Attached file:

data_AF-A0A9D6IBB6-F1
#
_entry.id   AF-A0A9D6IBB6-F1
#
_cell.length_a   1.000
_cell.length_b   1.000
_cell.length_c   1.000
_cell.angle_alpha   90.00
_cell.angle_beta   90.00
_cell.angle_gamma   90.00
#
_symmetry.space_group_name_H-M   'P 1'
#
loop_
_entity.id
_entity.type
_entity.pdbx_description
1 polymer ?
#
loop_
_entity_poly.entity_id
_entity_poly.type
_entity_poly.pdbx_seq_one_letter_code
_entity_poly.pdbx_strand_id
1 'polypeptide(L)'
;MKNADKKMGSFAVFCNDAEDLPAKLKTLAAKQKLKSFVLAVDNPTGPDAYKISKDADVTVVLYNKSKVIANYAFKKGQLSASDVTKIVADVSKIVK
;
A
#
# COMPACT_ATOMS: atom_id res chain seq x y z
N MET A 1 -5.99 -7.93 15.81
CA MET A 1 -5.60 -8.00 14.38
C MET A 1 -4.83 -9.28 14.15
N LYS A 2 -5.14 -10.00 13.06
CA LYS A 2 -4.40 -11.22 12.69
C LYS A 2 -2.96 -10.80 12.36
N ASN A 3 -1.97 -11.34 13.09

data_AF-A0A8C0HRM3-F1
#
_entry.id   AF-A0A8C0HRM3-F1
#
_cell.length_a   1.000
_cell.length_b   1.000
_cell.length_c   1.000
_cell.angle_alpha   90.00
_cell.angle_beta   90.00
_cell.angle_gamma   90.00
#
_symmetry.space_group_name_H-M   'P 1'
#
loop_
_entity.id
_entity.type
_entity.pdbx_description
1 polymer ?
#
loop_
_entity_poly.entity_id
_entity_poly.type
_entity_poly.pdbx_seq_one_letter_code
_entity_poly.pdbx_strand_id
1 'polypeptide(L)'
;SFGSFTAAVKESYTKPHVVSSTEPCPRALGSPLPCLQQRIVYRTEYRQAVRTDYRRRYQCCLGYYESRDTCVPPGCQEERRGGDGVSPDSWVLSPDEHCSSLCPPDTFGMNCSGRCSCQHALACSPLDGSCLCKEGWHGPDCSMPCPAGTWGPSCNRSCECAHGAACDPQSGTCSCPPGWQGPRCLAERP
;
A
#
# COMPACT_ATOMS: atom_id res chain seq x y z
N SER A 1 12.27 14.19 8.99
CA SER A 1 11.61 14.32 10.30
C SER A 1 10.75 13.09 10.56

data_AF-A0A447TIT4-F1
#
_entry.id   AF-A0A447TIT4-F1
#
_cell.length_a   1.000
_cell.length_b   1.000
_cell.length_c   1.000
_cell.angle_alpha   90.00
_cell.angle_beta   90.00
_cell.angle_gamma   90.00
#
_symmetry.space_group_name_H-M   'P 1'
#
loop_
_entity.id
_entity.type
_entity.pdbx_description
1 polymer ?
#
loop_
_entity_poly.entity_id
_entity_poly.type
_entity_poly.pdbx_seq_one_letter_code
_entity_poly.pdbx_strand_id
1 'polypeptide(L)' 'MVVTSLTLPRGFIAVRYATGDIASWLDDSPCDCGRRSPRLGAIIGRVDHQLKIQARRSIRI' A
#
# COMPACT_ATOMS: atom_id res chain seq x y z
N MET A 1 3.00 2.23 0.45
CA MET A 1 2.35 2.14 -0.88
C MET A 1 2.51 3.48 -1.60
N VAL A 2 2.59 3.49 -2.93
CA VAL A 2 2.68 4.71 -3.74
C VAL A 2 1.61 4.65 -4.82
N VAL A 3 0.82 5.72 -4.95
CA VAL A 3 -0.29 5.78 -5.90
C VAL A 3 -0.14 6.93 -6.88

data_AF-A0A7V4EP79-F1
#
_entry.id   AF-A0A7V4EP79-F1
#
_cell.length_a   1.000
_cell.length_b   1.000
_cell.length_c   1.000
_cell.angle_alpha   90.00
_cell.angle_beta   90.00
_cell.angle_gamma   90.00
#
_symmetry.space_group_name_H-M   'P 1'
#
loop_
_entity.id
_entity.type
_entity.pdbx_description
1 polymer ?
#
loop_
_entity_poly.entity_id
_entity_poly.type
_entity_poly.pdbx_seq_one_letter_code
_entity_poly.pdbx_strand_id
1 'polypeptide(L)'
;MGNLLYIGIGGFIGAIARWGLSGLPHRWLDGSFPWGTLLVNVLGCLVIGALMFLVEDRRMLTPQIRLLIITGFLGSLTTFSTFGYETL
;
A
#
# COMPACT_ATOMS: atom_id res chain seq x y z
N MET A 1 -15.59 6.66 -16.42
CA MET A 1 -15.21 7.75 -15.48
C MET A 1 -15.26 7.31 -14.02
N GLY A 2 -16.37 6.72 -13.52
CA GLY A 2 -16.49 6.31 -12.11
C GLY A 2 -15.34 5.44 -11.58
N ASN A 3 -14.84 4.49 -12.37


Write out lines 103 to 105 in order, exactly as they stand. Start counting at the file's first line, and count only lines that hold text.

C VAL A 2 1.61 4.65 -4.82
N VAL A 3 0.82 5.72 -4.95
CA VAL A 3 -0.29 5.78 -5.90